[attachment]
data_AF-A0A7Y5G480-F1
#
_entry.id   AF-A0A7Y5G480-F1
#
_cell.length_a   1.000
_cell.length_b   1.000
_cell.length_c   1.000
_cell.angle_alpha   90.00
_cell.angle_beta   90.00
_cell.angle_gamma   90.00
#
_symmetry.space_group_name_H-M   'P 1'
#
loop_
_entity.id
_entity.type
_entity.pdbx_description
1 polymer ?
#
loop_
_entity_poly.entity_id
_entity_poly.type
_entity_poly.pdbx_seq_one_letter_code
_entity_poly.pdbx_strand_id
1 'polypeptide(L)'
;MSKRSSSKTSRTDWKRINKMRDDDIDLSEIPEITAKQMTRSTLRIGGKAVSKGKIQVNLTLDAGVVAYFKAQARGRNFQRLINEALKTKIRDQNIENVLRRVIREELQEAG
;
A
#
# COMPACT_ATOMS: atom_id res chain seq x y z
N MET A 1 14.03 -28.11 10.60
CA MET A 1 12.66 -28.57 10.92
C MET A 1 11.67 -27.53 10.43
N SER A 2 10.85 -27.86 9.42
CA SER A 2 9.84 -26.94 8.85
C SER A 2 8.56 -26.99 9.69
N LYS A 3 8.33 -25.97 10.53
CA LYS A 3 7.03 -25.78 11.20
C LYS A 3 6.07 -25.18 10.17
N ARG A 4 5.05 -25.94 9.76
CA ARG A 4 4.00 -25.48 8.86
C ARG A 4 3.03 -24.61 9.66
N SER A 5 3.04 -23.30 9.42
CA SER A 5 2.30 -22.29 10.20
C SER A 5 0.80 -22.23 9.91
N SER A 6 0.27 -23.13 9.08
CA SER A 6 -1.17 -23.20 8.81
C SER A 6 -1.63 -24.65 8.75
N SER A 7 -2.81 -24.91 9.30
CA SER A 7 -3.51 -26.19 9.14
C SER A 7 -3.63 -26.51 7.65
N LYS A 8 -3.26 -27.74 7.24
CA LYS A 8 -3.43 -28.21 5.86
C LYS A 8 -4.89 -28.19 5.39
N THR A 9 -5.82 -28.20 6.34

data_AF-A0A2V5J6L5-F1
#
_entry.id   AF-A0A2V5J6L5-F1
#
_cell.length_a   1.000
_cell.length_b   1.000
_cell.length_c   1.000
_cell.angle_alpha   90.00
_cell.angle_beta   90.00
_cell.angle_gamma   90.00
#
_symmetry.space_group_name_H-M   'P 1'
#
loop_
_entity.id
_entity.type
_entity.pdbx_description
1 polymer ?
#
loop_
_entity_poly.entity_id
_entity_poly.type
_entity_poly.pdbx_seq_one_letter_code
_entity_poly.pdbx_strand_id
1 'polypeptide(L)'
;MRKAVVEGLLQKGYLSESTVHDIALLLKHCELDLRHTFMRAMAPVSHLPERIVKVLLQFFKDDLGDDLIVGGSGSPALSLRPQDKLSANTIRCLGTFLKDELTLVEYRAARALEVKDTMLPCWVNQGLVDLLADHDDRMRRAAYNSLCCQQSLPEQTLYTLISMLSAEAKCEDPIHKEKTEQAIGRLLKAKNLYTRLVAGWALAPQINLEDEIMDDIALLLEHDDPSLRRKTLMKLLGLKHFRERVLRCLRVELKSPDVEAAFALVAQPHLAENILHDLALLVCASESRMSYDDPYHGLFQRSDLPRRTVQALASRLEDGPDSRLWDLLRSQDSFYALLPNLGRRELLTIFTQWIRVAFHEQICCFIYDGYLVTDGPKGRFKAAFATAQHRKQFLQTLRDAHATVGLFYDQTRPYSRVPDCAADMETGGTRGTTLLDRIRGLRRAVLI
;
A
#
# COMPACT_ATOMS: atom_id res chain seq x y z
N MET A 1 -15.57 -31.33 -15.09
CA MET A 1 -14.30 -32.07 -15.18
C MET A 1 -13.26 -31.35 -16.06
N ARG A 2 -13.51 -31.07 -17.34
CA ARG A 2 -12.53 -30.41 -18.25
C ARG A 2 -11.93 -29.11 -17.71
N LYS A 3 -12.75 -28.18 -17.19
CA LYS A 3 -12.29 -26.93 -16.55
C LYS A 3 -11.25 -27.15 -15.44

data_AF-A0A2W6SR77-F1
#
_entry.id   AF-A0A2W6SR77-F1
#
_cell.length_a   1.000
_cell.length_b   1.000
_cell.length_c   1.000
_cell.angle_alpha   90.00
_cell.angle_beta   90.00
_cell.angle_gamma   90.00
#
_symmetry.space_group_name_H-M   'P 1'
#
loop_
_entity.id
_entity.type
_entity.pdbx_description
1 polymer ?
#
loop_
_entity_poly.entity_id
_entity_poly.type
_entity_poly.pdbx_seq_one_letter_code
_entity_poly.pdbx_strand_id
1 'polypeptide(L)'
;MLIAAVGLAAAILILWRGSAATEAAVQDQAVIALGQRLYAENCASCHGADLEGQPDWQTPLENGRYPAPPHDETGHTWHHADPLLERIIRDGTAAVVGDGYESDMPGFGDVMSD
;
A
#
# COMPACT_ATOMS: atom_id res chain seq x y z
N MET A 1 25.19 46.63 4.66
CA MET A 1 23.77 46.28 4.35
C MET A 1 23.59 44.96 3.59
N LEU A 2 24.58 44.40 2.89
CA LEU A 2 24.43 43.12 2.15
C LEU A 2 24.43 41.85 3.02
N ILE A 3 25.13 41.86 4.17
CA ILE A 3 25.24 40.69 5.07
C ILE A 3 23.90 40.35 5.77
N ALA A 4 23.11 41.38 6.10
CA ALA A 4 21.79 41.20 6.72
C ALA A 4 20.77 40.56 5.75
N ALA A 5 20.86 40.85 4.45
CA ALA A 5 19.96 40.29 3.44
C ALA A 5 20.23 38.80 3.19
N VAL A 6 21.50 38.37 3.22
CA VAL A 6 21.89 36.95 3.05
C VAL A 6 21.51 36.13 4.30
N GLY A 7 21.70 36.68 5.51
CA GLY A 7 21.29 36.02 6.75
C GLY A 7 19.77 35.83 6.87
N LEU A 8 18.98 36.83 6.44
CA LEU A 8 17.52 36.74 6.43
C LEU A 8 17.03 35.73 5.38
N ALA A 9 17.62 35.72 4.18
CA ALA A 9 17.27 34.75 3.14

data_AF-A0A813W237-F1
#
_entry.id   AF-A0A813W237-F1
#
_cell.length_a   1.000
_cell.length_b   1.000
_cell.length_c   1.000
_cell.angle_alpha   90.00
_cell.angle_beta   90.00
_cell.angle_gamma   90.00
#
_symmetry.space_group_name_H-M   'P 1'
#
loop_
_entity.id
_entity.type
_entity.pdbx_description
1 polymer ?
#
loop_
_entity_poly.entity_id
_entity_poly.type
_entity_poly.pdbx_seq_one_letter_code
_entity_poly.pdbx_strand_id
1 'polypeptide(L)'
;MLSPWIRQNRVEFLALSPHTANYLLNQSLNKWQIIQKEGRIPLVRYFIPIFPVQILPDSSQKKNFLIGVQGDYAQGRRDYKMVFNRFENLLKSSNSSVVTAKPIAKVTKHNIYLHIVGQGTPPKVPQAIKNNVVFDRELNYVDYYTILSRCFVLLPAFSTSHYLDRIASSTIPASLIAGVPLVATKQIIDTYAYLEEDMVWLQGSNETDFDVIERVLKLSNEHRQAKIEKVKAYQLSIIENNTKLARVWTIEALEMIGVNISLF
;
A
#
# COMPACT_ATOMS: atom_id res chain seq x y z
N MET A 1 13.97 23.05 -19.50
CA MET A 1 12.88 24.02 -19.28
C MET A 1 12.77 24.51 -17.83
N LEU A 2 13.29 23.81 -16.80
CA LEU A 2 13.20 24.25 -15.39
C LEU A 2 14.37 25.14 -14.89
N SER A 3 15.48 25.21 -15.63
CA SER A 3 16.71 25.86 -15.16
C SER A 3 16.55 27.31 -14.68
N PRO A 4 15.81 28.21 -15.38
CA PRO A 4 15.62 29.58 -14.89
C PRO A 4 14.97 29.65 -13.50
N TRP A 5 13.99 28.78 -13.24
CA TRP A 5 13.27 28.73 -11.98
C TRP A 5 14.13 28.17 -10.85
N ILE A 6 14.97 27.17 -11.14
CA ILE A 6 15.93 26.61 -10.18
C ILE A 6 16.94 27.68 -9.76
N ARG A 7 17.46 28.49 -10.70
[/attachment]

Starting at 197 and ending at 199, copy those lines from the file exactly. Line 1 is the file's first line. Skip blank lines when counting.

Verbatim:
CA ILE A 6 15.93 26.61 -10.18
C ILE A 6 16.94 27.68 -9.76
N ARG A 7 17.46 28.49 -10.70